166    Lastly, not only did the Commission acknowledge in the decision that the coordination centres had made substantial investments and had entered into long-term commitments, but it must also be pointed out that no replacement or amended regime was in place on the date of the contested decision.

167    It follows from all of the above that the plea alleging infringement of the principle of the protection of legitimate expectations is well founded.

 Infringement of the principle of equal treatment

168    The Kingdom of Belgium maintains that the contested decision discriminates without justification between those coordination centres with an authorisation which expired shortly before its adoption and which thus benefit from the regime in question until 31 December 2010 and those with an authorisation which expired after the date on which the contested decision was notified and which are denied the benefit of any transitional measures.

169    The Commission contests that argument and contends that as all coordination centres are granted a 10-year authorisation and are entitled to the benefit of the whole of the period of authorisation, they are in the same position.

170    According to the case-law of the Court, the general principle of equal treatment requires that comparable situations must not be treated differently and that different situations must not be treated in the same way unless such treatment is objectively justified (Joined Cases 66/79, 127/79 and 128/79 Salumi and Others [1980] ECR 1237, paragraph 14, and Case C‑14/01 Niemann [2003] ECR I-2279, paragraph 49, and the case-law cited there).

171    Having regard to the finding set out in paragraph 167 of this judgment, the coordination centres, each of which was entitled to a legitimate expectation that a reasonable transitional period would be granted, were treated differently in the contested decision.

172    Thus, depending on the date on which the last renewal of an authorisation took place in 2001 and 2002, or whether the authorisation terminated at the same time as or shortly after the notification of the contested decision, the time when the benefit of the regime in question is to expire will differ, as, in the former case, it will occur on 31 December 2010, whereas, in the latter, there is to be no transitional period.

173    It follows that, by failing to adopt transitional measures for those coordination centres with an authorisation which expired at the same time as or shortly after the notification of the contested decision, the Commission infringed the general principle of equal treatment.

174    In the light of all of the above, the contested decision must be annulled in so far as it does not lay down transitional measures for those coordination centres with an application for renewal of their authorisation pending on the date on which the contested decision was notified or with an authorisation which expired at the same time as or shortly after the notification of the decision.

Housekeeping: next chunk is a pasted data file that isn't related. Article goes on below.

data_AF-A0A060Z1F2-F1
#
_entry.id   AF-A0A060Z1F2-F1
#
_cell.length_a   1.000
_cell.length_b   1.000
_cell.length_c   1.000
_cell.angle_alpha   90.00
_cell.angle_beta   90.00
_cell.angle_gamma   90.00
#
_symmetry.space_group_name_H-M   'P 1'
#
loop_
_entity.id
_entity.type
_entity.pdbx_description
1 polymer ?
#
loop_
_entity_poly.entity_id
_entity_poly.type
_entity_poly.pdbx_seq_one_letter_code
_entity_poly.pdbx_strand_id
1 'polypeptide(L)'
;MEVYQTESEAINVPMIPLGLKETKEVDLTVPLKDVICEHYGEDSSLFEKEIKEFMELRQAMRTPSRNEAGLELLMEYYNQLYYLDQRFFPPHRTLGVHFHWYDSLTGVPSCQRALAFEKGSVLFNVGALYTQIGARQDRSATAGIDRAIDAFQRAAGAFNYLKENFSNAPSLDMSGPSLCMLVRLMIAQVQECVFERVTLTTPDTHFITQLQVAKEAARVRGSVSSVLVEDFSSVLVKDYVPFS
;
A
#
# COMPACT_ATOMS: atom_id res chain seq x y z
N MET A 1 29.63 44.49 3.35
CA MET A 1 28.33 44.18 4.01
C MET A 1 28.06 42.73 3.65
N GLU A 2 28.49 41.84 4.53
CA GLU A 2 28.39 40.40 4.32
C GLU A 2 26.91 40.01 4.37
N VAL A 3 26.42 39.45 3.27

175    As the action is to be upheld, it is not necessary to consider the other pleas in law set out in the applications.

 Costs

176    Under Article 69(2) of the Rules of Procedure, the unsuccessful party is to be ordered to pay the costs if they have been applied for in the successful party’s pleadings. Under the first subparagraph of Article 69(3) of those rules, where each party succeeds on some and fails on other heads the Court may order that the costs be shared.

177    Since the Kingdom of Belgium has applied for the Commission to be ordered to pay the costs and the Commission has been unsuccessful, it must be ordered to pay the costs in Cases C-182/03 and C-182/03 R.

178    Since Forum 187 has applied for the Commission to be ordered to pay the costs and the Commission has in part been unsuccessful, it should be ordered to pay half of Forum 187’s costs in Case C-217/03 and all of Forum 187’s costs in Case C-217/03 R.

179    On the other hand, as the Court of First Instance ordered Forum 187 to pay the costs in the case which gave rise to its order in Forum 187 v Commission, Forum 187’s application for the Commission to be ordered to pay the costs of that action must be rejected.

On those grounds, the Court (Second Chamber) hereby:

1.      Annuls Commission Decision 2003/757/EC of 17 February 2003 on the aid scheme implemented by Belgium for coordination centres established in Belgium in so far as it does not lay down transitional measures for those coordination centres with an application for renewal of their authorisation pending on the date on which the contested decision was notified or with an authorisation which expired at the same time as or shortly after the notification of the decision;

2.      Rejects the application of Forum 187 ASBL as to the remainder;

3.      Orders the Commission of the European Communities to pay the costs in Case C‑182/03 and half of the costs of Forum 187 ASBL in Case C‑217/03;

4.      Orders the Commission of the European Communities to pay the costs in Cases C‑182/03 R and C‑217/03 R.

[Signatures]


* Languages of the case: French and English.